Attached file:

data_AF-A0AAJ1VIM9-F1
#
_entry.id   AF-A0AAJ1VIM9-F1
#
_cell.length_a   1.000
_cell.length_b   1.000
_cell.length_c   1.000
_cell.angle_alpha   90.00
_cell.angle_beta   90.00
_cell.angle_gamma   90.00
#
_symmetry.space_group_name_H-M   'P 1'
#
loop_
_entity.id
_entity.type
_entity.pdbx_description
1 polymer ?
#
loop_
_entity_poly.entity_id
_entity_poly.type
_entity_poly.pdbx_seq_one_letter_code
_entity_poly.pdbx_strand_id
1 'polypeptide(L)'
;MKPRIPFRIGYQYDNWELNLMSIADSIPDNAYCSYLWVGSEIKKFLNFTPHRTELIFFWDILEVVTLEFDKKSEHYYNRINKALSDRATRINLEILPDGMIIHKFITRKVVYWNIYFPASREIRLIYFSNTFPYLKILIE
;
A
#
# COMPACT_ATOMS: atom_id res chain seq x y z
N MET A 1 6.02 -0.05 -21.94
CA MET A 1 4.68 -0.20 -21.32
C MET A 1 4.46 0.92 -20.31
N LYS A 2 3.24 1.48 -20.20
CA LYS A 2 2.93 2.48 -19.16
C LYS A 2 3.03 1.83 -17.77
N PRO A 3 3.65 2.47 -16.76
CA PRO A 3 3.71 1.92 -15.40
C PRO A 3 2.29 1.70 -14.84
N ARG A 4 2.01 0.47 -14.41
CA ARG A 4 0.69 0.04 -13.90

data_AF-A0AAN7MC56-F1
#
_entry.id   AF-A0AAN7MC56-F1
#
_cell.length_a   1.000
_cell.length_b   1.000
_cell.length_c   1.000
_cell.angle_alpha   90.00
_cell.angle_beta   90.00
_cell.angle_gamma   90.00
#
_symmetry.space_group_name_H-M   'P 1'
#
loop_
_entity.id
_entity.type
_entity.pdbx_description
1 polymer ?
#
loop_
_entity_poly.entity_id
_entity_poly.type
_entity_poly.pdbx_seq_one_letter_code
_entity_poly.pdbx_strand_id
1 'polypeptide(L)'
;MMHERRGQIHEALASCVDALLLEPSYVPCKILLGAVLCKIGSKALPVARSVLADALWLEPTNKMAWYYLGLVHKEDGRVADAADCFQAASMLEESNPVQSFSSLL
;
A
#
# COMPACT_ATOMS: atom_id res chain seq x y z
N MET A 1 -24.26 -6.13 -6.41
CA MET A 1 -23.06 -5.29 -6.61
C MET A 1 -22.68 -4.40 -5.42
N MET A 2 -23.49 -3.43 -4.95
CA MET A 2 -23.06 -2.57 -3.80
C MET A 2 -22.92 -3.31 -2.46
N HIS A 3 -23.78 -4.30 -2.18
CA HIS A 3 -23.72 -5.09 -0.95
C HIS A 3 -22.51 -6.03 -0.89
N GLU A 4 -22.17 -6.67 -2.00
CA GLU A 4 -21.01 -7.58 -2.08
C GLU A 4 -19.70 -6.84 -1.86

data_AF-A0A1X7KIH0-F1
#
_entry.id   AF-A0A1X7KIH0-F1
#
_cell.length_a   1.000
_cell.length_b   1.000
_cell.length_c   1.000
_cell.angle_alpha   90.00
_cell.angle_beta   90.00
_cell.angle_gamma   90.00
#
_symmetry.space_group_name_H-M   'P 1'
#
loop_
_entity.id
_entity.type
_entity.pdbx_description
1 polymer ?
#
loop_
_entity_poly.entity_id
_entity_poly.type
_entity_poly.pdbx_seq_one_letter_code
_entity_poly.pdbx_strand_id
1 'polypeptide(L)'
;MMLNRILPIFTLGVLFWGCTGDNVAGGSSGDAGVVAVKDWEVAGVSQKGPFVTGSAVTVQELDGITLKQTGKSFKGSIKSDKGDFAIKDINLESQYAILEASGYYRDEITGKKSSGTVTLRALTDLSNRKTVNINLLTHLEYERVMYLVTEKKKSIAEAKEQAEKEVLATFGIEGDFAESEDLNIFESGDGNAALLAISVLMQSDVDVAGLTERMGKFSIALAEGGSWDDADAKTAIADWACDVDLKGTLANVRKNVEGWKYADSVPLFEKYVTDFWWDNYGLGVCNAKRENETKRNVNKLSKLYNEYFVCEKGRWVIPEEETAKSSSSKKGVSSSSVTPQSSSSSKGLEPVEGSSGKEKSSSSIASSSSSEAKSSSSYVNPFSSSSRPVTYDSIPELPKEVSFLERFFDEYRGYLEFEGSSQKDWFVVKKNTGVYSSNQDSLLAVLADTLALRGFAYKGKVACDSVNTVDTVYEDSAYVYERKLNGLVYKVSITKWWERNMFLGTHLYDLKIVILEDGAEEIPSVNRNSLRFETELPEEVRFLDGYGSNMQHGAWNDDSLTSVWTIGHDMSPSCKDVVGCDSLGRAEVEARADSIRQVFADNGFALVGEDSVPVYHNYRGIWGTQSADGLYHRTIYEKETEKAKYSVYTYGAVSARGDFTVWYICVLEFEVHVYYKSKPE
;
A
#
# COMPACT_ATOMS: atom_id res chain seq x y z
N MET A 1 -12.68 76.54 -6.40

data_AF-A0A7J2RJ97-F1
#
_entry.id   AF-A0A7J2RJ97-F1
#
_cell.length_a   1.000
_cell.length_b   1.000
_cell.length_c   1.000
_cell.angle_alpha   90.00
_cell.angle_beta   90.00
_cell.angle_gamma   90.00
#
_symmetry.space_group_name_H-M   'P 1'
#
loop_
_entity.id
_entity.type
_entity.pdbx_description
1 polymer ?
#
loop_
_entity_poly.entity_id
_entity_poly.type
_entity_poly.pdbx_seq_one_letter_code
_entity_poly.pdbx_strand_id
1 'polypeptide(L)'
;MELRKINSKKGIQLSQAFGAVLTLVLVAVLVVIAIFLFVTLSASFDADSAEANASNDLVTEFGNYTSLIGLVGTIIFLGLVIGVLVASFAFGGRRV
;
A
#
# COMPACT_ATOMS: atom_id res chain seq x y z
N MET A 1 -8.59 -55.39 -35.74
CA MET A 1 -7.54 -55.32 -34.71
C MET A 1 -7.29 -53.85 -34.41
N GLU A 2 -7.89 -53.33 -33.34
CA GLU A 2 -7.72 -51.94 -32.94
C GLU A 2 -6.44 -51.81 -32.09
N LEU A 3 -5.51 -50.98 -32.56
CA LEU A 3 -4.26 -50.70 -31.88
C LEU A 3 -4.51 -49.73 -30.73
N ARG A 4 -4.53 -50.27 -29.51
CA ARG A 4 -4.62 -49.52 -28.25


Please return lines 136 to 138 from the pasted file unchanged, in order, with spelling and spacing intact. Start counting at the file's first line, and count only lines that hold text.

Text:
_entity_poly.type
_entity_poly.pdbx_seq_one_letter_code
_entity_poly.pdbx_strand_id